The contradictions of “effluviographs” and the Shroud of Turin provide a concrete historical grounding for the most conceptually revelatory chapter of the volume: a critique of the dichotomy of visible and invisible realms, which has been central to recent investigations of “scientific” photography. Here, Geimer deftly points out that in order for a phenomenon even to count as invisible, it must in fact be not-yet-visible; without passing into a visible state, it would simply remain unknown. When photography creates the possibility for this visible state, it is conventionally said to be “constructing” the image that results. But, as Geimer convincingly argues, grasping these images requires a more agnostic account of construction (or, as he prefers to designate it, “making”). Such artifice cannot be understood solely as a deficit, for it fundamentally does provide knowledge, while the nonvisualized phenomenon, cloaked in its unknowable obscurity, offers nothing but the satisfaction of a useless epistemic purity. And, in any event, the adherence to any scrupulous non-intervention is folly, since there is no anterior original image to which the camera could be loyal. At least at the end of the nineteenth century, a questionable “something” was preferable to a secure “nothing,” a view consonant with the investigative spirit of many of the period’s practitioners.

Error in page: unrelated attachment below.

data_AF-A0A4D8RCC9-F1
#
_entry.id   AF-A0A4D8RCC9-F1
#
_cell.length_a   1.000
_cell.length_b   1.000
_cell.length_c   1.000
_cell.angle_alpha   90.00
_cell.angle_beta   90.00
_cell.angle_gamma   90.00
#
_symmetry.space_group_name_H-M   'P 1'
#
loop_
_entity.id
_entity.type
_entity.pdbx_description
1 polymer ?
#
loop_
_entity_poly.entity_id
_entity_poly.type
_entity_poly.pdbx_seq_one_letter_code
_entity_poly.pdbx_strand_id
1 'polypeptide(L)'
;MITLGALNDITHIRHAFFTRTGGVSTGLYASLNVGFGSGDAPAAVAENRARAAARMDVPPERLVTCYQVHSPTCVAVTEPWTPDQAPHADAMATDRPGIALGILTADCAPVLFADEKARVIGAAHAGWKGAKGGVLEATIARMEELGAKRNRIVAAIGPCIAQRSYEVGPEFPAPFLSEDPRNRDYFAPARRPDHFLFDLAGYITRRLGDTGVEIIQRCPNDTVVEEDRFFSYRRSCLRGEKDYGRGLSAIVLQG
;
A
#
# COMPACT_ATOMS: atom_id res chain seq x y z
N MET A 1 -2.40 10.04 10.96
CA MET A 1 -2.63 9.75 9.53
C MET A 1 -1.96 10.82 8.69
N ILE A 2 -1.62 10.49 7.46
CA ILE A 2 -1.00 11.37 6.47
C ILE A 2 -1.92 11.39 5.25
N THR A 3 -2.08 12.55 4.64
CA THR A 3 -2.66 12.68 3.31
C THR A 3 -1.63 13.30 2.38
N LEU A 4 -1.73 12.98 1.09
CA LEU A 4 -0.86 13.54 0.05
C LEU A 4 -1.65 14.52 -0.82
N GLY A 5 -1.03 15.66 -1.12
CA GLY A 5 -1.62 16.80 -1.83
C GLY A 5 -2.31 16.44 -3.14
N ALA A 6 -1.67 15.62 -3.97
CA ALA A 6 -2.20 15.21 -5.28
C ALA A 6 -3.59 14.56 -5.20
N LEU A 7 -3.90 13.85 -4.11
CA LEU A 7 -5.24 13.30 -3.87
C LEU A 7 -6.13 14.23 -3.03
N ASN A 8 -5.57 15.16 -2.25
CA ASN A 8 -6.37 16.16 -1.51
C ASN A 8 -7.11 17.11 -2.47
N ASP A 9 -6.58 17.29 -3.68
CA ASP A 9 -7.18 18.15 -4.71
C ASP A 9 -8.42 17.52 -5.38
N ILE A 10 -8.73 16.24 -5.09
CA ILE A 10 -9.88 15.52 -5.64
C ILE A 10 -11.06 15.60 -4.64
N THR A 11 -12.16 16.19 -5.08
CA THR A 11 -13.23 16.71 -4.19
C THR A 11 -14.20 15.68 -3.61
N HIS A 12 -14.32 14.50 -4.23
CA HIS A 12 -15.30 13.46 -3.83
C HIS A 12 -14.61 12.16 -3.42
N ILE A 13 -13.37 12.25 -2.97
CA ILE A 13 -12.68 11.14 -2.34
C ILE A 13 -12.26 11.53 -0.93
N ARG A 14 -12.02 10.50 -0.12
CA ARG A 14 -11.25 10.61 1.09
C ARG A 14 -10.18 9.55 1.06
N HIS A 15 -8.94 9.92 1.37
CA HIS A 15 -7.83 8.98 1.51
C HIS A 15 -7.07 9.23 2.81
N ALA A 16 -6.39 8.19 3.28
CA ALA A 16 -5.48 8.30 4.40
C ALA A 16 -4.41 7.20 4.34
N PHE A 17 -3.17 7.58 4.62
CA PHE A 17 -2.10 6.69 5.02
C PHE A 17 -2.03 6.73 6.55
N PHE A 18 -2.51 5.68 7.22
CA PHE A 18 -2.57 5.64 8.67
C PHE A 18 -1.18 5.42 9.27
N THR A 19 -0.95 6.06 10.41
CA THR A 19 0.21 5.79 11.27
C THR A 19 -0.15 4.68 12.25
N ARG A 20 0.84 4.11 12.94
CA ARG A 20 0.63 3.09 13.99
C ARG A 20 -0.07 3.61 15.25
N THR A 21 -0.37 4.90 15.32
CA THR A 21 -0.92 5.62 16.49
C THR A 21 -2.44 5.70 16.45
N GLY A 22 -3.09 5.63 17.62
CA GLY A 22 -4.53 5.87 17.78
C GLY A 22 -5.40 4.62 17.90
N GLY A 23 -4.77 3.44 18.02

Geimer’s grasp of this paradox is part of what distinguishes his study of accidental images from previous forays into this nebulous territory. As a result, Inadvertent Images offers crucial insight about the central epistemological problems of such a paradoxical visual medium. It provides an account of how photography was, and is, a contested terrain for the high-stakes questions of scientific realism. It responds with special nuance to fundamental, if familiar, queries: Can our theories, models, and representations tell us something—anything—about natural phenomena? Are photographs ever more than artifacts of their own contrived interventions into the natural world? With both historical specificity and a broad conceptual scope, Geimer poses these longstanding questions afresh, demanding that we reexamine some of our most fundamental premises.
Associate Professor, Department of the History of Art, University of Toronto